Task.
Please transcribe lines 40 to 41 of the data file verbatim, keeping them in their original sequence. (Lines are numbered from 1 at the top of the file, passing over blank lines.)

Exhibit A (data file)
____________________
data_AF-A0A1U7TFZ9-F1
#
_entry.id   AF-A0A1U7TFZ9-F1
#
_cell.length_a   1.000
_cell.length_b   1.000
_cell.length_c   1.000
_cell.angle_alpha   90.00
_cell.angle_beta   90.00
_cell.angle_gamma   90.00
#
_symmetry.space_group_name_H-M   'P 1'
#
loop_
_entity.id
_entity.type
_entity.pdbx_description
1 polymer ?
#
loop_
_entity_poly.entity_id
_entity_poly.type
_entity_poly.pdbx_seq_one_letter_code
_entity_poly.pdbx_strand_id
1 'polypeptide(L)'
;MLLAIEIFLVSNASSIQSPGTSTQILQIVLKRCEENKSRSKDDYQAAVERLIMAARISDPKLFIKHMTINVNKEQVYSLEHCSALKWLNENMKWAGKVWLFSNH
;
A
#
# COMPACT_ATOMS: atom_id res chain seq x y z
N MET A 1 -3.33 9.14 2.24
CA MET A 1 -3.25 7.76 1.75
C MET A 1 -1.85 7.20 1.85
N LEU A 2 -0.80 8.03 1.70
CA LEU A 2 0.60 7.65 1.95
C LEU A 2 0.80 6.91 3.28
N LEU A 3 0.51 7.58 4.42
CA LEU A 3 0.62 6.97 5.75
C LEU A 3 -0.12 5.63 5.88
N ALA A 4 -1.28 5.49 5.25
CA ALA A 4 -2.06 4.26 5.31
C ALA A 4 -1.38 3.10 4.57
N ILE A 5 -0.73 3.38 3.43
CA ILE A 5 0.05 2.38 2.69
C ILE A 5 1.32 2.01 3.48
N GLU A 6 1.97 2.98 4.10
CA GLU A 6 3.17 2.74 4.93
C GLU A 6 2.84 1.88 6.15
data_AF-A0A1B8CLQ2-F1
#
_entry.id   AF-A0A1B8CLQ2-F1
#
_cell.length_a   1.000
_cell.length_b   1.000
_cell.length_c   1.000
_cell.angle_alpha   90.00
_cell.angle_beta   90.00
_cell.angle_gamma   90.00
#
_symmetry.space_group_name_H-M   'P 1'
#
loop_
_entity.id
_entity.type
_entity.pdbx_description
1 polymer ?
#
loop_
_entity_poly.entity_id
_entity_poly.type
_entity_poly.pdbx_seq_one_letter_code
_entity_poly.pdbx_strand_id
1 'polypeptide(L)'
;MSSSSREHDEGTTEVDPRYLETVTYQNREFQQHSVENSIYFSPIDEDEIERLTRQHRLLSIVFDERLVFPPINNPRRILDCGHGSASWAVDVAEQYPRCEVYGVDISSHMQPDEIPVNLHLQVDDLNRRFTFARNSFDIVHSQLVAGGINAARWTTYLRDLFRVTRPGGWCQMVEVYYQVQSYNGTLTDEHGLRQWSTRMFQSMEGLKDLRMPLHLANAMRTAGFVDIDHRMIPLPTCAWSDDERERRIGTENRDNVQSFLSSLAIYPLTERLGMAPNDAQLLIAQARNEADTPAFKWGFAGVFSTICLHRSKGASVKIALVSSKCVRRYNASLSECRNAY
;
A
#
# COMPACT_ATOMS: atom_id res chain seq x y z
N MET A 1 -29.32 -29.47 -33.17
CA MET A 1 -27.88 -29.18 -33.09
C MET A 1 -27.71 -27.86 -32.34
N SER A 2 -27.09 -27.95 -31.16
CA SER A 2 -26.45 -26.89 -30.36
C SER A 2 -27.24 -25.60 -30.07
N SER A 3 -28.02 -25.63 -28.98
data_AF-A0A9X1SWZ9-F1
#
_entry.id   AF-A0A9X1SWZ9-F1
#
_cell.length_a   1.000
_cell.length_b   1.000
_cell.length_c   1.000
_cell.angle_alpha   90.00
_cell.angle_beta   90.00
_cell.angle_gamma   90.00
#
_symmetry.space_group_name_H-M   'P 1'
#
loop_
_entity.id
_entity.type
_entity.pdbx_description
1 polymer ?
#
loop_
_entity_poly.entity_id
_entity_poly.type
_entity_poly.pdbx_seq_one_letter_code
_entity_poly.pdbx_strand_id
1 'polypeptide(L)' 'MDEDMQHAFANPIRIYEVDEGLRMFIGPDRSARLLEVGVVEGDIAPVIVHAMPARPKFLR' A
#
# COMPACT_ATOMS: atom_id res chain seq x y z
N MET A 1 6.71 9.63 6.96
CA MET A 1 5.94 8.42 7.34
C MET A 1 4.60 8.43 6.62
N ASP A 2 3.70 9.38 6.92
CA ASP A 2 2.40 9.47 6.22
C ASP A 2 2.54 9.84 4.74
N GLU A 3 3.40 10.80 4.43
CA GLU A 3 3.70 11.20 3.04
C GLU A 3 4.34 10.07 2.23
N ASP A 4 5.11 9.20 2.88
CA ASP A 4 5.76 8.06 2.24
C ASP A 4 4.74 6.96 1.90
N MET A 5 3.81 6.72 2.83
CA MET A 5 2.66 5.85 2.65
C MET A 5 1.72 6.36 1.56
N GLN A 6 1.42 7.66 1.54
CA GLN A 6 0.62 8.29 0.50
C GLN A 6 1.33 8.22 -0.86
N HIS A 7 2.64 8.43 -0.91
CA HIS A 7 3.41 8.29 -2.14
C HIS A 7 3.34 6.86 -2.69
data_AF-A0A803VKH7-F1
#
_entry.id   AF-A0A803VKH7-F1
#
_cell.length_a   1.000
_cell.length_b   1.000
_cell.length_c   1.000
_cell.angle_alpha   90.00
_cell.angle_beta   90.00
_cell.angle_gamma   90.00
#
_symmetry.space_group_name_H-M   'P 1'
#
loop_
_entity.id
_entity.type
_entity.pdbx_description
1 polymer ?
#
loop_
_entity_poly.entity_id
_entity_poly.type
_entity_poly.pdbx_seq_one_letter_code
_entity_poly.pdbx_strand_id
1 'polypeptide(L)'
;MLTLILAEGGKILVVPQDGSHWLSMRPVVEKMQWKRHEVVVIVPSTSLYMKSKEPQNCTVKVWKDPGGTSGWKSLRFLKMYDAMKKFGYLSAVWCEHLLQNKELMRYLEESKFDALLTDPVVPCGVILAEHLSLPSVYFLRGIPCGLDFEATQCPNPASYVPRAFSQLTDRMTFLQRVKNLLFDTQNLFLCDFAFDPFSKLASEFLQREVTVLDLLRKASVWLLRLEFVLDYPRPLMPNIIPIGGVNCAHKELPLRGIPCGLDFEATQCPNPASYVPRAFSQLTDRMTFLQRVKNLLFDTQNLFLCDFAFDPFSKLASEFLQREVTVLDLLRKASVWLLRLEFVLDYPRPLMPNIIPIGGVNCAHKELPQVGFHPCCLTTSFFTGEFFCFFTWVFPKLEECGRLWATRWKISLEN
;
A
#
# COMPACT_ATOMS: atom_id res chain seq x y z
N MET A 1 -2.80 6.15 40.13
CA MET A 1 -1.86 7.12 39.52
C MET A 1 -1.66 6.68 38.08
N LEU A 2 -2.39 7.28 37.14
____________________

N ALA A 4 -1.28 5.49 5.25
CA ALA A 4 -2.06 4.26 5.31